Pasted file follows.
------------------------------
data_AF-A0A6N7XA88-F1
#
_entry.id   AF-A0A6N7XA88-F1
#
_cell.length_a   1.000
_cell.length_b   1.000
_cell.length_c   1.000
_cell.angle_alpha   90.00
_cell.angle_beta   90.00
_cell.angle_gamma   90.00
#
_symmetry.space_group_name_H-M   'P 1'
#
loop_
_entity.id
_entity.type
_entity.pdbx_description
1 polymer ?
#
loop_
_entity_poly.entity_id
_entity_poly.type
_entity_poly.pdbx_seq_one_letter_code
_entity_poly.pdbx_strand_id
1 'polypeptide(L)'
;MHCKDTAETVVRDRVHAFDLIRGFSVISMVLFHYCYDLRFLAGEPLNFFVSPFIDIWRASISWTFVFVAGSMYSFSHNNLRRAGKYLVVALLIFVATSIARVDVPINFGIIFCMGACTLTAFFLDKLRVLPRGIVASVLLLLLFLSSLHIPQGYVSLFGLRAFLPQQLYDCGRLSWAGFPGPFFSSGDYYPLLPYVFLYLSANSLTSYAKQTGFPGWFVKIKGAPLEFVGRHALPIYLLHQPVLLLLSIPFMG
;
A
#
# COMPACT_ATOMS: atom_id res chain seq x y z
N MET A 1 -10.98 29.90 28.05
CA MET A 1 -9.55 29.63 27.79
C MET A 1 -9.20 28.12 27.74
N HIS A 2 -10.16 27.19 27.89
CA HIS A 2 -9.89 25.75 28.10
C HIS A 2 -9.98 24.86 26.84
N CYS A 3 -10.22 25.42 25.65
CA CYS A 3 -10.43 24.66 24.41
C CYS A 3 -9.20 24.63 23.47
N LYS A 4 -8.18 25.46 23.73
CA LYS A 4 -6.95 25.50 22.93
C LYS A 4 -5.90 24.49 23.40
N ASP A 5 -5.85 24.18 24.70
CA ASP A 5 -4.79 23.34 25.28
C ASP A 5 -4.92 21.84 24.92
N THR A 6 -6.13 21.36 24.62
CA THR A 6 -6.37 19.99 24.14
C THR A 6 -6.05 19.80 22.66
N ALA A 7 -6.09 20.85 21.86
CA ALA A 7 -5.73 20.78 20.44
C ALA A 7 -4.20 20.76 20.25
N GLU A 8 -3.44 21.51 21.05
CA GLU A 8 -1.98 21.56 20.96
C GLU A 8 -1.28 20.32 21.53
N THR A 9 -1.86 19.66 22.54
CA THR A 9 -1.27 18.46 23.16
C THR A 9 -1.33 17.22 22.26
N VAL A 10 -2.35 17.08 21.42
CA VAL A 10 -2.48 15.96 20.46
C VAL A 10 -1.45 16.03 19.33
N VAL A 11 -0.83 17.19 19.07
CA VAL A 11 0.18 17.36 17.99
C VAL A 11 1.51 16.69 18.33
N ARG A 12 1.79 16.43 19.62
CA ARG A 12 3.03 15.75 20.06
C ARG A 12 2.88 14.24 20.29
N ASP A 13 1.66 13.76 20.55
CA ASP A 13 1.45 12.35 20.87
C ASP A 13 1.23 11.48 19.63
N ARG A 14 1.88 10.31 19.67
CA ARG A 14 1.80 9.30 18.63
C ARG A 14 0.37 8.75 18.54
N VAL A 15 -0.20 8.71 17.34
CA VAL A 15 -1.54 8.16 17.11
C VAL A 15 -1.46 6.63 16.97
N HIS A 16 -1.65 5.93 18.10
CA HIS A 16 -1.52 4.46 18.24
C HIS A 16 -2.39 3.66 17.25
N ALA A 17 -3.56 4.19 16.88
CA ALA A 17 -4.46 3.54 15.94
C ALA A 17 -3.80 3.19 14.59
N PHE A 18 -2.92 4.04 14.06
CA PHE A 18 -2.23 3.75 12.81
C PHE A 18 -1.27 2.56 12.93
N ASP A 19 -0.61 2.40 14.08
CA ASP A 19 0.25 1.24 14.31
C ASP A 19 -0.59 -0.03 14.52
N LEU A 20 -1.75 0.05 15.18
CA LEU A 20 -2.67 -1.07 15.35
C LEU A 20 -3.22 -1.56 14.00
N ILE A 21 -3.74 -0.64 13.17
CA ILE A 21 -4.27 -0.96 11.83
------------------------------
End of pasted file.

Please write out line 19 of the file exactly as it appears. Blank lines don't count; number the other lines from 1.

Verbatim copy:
#